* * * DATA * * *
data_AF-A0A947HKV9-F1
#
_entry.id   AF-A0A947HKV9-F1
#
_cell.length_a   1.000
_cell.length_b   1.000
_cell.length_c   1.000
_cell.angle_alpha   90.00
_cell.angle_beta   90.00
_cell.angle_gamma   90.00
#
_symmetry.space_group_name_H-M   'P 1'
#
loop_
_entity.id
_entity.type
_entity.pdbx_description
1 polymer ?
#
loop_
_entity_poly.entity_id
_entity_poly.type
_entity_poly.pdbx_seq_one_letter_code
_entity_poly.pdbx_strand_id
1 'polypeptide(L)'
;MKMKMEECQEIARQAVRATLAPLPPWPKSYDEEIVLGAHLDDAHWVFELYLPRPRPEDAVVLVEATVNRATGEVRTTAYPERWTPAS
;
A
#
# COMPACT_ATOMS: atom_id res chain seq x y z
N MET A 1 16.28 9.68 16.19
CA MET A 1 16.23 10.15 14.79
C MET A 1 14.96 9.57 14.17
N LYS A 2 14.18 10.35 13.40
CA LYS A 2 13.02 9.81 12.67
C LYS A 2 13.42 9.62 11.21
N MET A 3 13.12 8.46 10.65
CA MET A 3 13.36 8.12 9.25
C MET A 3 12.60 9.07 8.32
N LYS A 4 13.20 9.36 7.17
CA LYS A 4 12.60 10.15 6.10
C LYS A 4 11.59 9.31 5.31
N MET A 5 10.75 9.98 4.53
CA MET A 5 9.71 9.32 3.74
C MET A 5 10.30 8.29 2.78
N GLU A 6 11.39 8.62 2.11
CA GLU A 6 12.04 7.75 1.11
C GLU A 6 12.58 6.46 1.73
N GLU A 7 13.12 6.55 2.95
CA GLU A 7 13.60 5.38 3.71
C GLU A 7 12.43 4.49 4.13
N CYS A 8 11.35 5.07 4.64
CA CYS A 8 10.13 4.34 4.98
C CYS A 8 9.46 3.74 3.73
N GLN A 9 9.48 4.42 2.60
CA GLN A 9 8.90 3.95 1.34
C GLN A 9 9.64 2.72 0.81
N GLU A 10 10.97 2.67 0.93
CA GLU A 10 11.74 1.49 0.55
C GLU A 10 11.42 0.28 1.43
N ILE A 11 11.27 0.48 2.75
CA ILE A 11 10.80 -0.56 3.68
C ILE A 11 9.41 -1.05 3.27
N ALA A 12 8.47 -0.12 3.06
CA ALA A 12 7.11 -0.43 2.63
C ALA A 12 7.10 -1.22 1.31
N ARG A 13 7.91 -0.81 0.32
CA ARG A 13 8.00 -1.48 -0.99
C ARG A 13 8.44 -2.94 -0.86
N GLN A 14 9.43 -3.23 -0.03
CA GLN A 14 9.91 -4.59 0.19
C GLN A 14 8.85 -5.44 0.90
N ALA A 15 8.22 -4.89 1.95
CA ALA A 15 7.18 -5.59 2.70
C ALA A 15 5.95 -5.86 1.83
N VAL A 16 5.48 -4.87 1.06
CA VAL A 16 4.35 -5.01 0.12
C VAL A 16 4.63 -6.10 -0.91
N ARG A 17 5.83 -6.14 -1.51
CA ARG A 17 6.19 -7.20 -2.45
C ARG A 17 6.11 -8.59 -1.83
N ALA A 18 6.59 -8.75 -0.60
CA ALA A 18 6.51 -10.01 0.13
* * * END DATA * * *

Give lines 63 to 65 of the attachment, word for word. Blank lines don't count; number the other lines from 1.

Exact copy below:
C ILE A 11 9.41 -1.05 3.27
N ALA A 12 8.47 -0.12 3.06
CA ALA A 12 7.11 -0.43 2.63